Eureka Flag

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The flag design features a dark blue field and a cross with eight pointed stars, representing the Crux Australis star constellation.

The Eureka Flag was the battle flag used at the Eureka Stockade in 1854. The design was first used in Australia as the war flag of the Eureka Rebellion against British colonial rule. The uprising was crushed, but mass public support for captured rebels contributed to suffrage for colonists in Australia. As such, Eureka Flag has later been used by various organizations, such as the Australia First Party.


The Eureka Flag was flown for the first time on Bakery Hill, Ballarat, Australia as a symbol of the resistance of the gold miners during the Eureka Stockade rebellion in 1854. Beneath this flag, Peter Lalor, leader of the Ballarat Reform League, swore this oath to the affirmation of his fellow demonstators: "We swear by the Southern Cross to stand truly by each other and fight to defend our rights and liberties." According to the Ballarat Times, at "about eleven o'clock the 'Southern Cross' was hoisted, and its maiden appearance was a fascinating object to behold. The flag is silk, blue ground with large silver cross; no device or arms, but all exceedingly chaste and natural."

According to Frank Cayley's book Flag of Stars the flag's five stars represent the Southern Cross and the white cross joining the stars represents unity in defiance. The design of the flag was taken by Captain Henry Ross, one of Eureka's miners and a Canadian expatriate, to three women, Anastasia Withers, Anne Duke and Elizabeth Hayes, to sew up in time for a large rally at Bakery Hill, at 2.00pm on 29 November 1854. There is no evidence on who exactly designed the flag, although Ross was known on the diggings as the 'bridegroom' of the miners flag. The flag looks similar to the Federation Flag, on which it was based according to some historians.

During the battle of the Eureka Stockade on December 3, 1854, Henry Ross was mortally wounded near the flagpole and the Eureka flag was torn down, trampled, hacked with sabres and peppered with bullets. It ended up in the possession of Trooper John King, and the King family kept the flag for forty years, until it was loaned to the Ballarat Art Gallery in 1895, where it remained in continued obscurity "under a cloud of scepticism and conservative disapproval". The flag was "re-discovered" by Len Fox during the 1930s, but it took decades to convince authorities to properly authenticate the flag. The final irrefutable validation of its authentication occurred when sketchbooks of Canadian Charles Doudiet were put up for sale at a Christies auction in 1996. Two sketches in particular show the flag design as contained in the tattered remains of the flag at the Ballarat Fine Art Gallery. The remnant of the original Eureka Flag remains today, preserved for public display in Ballarat Fine Art Gallery, along with Doudiet's sketches.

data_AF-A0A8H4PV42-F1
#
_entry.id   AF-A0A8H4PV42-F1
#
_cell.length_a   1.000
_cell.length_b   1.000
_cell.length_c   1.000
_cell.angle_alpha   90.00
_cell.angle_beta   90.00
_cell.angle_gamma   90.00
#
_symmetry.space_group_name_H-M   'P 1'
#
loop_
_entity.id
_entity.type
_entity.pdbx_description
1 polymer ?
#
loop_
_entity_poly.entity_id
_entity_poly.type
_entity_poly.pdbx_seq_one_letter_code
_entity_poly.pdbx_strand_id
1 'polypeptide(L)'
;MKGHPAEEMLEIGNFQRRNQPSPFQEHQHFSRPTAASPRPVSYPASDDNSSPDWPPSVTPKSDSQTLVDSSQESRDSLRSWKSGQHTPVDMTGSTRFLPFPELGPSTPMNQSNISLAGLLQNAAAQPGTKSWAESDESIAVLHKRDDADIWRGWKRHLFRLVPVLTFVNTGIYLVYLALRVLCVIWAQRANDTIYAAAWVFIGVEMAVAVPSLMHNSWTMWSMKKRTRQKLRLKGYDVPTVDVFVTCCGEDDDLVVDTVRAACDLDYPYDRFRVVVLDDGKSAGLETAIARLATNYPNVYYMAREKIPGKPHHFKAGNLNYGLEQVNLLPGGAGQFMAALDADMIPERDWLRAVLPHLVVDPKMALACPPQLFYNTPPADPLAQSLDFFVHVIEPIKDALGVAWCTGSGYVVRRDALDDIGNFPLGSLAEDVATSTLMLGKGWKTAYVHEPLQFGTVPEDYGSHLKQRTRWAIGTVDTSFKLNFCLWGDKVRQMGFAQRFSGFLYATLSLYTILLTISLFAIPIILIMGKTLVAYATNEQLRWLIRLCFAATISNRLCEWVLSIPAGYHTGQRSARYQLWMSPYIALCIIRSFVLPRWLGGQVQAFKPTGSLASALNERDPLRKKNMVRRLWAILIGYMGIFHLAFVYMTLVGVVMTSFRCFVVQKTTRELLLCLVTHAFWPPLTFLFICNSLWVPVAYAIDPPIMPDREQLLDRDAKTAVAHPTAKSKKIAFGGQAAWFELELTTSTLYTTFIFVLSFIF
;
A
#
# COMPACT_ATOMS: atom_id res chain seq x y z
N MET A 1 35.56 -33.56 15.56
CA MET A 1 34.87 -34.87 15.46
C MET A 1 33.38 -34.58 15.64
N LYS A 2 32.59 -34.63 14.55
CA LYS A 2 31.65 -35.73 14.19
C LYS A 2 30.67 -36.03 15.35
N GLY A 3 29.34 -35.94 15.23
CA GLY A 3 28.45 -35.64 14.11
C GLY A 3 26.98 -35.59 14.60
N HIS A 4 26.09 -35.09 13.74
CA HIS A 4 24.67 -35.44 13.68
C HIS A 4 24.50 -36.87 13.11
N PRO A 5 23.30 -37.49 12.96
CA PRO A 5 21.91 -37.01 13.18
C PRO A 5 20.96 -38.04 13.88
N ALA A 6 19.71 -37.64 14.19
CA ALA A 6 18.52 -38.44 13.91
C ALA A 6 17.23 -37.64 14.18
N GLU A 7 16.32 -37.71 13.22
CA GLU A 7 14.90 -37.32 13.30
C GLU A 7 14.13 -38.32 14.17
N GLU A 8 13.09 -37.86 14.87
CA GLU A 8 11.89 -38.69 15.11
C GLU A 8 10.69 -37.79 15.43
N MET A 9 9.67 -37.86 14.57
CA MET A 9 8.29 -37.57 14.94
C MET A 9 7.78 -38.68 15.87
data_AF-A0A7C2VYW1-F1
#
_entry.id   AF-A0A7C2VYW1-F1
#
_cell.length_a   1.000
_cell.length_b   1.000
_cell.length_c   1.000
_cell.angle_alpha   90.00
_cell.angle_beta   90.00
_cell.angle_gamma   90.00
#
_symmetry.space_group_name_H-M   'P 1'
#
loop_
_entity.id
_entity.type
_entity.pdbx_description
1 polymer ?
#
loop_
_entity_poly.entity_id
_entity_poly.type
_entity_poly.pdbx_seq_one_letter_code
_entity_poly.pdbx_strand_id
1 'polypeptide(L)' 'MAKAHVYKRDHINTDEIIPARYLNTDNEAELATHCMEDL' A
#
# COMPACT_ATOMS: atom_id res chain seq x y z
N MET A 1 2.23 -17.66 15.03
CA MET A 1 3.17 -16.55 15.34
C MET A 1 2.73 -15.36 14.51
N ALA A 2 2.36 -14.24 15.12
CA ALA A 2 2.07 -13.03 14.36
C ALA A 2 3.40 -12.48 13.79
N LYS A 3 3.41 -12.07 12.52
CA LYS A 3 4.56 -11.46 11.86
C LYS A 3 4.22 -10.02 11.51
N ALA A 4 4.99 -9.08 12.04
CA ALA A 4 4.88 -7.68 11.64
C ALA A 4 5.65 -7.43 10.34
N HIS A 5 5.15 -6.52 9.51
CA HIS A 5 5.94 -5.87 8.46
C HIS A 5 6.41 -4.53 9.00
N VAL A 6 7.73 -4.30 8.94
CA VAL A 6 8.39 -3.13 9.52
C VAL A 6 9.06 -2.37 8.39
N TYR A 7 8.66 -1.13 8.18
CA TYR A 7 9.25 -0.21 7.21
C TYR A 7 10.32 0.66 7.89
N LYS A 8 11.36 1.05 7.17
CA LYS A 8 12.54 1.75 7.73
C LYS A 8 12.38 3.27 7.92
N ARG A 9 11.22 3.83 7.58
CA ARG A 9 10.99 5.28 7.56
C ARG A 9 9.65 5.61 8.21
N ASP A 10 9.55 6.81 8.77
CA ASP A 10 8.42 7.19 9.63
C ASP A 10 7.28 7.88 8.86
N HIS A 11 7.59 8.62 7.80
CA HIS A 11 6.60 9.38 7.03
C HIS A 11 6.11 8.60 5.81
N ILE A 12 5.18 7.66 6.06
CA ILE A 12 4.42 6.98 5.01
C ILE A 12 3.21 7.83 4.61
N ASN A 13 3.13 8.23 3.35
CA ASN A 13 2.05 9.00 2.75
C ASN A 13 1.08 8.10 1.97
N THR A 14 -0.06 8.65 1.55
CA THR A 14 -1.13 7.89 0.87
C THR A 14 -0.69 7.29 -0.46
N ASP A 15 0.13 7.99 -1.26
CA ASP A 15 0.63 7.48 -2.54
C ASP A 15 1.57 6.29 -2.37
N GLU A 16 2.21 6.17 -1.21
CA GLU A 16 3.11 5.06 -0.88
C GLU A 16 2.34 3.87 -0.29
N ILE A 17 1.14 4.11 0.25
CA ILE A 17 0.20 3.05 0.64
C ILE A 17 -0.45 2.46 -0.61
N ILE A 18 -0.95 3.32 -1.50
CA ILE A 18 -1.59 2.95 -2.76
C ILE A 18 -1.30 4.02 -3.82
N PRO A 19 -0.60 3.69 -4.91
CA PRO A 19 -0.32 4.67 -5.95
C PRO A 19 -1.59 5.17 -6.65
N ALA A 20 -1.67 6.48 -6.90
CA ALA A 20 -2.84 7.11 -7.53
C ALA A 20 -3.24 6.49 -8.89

In 2001, legal ownership of the flag was transferred to the Ballarat Fine Art Gallery who expect the King's family and the gallery to be acknowledged every time a replica of the original flag is displayed.

The Eureka Flag is used by a variety of groups. The University of Ballarat, for instance, uses a stylised version of the 'Southern Cross' as its official logo. It is also the logo of the Patriotic Youth League (PYL), a youth organization in Australia whose members describe themselves as 'radical nationalists'.

The flag was flown prominently above the Barcaldine strike camp of the 1891 Australian shearers' strike, and thus has had a strong association with the Australian labour movement from this time. Construction unions such as the Builders Labourers' Federation in particular adopted the Eureka flag, and it is one of the flags that flies permanently over the Melbourne Trades Hall.

In the event the design of the Flag of Australia is ever reviewed some Australian republicans have suggested the Eureka Flag design be among the alternatives offered to the electorate in a plebiscite. Whilst a certain type of Australian not in the majority views the Eureka Flag as a symbol of nationality, it is more often employed by historical societies and re-enactors and by political radicals as a general purpose symbol of protest for a wide variety of anti-establishment non-conformist causes. The flag has been used as a symbol of rebellion by groups on both sides of the political spectrum, such as noted nationalistic group National Action, and communists, who see it as representative of the efforts of the miners to free themselves from what they view, depending on their political persuasion, as either political or economic oppression, and by white supremacists at flashpoints for racial confrontation.

The flag is also been adopted by the Melbourne Victory fan group, the Blue and White Brigade (aka BWB). The modern design of the Eureka flag is an enhanced and different version from the 1854 original. There has been a move to standardise the flag which involves the creation of a small blue fimbriation around the stars. It is frequently made in the proportions of 2:1. Although the flag is designed as a representation of the Southern Cross, a constellation located in southern skies and thus only visible to viewers in the southern hemisphere, the stars are arranged differently to the arrangement of stars in the constellation itself. The "middle" star (Epsilon Crucis) in the constellation is off centre, and near to the edge of the "diamond", while the Eureka flag shows it in the centre. The Eureka flag is only a stylised version of the more widely known pattern.